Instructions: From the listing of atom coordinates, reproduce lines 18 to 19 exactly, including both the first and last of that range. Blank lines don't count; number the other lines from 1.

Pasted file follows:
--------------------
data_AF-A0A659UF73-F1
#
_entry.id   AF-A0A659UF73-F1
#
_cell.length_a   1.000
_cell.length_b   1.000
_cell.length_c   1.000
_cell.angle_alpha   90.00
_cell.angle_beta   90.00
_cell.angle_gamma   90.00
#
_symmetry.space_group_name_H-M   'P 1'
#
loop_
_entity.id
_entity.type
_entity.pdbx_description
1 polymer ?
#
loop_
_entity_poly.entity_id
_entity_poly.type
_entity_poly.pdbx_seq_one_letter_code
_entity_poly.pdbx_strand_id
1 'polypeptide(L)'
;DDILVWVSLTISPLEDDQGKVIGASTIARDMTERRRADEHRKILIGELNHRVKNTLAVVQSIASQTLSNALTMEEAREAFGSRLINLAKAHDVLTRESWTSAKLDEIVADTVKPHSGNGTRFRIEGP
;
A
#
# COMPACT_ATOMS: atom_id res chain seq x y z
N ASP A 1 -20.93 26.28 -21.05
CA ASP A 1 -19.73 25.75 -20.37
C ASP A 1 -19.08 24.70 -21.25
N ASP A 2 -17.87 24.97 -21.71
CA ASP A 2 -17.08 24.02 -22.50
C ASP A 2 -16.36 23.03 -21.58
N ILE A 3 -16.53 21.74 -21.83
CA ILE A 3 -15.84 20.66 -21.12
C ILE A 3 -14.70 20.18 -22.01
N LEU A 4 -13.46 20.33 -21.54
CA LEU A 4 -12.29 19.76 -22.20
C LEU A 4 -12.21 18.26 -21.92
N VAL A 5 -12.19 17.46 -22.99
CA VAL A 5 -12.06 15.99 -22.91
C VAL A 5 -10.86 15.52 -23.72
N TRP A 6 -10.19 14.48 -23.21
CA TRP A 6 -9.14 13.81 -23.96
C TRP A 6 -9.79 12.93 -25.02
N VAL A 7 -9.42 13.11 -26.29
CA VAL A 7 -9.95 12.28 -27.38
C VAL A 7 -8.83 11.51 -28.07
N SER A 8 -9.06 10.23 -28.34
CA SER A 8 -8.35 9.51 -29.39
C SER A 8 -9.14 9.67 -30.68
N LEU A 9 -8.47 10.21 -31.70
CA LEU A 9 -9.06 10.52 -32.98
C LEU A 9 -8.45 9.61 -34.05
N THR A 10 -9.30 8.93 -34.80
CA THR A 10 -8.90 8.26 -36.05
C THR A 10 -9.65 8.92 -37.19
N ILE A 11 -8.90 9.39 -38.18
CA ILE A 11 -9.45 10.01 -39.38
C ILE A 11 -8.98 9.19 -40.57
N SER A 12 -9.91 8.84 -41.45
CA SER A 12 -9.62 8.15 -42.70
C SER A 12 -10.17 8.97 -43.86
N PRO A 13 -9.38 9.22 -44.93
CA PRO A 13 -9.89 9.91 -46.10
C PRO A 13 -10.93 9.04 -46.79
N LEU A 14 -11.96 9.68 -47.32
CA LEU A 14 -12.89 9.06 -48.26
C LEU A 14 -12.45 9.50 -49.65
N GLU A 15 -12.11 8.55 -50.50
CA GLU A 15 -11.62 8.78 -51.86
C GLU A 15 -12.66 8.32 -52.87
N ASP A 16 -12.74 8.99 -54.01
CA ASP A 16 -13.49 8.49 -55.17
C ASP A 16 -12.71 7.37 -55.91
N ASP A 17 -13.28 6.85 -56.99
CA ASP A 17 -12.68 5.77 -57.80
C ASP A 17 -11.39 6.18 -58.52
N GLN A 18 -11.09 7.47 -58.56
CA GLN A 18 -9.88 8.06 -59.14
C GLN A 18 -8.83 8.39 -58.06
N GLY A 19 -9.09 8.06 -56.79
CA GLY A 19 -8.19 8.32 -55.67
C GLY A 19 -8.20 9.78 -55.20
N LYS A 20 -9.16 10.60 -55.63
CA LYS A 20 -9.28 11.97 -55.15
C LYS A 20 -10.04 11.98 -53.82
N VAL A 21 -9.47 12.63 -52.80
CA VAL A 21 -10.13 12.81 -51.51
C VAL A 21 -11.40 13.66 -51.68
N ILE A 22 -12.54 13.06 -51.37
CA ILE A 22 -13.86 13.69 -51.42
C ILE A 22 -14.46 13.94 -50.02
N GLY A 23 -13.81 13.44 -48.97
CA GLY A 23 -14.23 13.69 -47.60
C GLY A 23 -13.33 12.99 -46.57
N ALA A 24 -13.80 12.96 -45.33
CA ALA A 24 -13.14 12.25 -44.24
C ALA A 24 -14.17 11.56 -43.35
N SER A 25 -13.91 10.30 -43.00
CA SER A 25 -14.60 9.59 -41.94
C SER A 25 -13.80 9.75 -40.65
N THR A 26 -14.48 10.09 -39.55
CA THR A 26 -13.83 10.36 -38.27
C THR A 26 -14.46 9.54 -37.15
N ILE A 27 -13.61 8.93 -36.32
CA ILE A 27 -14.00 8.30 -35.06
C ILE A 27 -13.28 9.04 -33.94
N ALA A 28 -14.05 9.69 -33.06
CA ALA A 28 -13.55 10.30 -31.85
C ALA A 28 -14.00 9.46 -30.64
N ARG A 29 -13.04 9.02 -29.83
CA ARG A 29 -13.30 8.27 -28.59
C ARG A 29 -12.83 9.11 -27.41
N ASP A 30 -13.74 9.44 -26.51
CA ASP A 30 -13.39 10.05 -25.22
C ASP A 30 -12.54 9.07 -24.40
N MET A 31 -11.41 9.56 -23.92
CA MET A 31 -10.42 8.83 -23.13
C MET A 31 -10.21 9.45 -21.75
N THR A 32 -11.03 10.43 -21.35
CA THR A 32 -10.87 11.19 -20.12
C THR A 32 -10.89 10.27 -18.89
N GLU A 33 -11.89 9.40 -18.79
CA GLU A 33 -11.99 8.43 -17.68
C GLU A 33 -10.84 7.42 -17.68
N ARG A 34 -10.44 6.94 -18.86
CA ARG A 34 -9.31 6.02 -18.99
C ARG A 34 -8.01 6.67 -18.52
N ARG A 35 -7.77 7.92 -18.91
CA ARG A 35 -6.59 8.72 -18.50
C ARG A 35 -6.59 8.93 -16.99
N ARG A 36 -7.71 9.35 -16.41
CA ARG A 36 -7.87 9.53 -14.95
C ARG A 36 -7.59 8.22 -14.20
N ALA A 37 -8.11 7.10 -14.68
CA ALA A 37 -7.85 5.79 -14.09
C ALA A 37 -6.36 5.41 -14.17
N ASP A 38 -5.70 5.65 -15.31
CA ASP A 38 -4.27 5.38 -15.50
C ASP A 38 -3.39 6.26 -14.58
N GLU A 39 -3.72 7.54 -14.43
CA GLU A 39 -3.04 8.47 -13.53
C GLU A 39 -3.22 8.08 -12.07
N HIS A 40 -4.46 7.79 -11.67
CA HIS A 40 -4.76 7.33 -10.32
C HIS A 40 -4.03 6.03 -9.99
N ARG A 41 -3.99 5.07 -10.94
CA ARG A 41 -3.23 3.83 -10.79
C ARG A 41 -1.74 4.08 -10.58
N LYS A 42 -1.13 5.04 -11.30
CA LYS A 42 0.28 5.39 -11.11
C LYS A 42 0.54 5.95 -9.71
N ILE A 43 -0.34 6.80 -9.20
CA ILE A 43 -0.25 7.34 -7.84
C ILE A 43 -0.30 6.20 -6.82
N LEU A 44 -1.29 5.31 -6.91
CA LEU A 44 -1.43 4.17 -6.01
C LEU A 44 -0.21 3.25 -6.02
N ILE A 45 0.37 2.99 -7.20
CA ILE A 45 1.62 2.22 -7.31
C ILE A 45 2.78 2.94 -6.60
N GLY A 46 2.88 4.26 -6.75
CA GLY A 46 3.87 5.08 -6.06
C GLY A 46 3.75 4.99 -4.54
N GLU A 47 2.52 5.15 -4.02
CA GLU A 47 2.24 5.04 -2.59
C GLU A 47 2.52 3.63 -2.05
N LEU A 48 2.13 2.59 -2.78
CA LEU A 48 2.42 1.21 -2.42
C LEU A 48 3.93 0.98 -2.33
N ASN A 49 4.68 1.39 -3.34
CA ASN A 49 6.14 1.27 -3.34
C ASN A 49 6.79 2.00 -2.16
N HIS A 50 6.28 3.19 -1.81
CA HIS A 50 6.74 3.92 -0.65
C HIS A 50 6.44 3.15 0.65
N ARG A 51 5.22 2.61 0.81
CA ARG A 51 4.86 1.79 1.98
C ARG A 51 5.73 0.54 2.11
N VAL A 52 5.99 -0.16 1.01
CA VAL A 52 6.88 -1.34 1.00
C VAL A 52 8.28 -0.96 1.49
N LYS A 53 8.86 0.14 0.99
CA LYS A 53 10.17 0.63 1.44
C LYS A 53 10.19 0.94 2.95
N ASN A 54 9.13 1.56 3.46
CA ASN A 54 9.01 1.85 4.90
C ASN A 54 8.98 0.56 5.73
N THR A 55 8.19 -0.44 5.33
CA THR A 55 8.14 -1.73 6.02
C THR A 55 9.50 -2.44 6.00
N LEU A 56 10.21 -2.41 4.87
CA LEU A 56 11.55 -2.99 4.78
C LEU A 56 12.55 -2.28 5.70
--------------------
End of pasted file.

1 polymer ?
#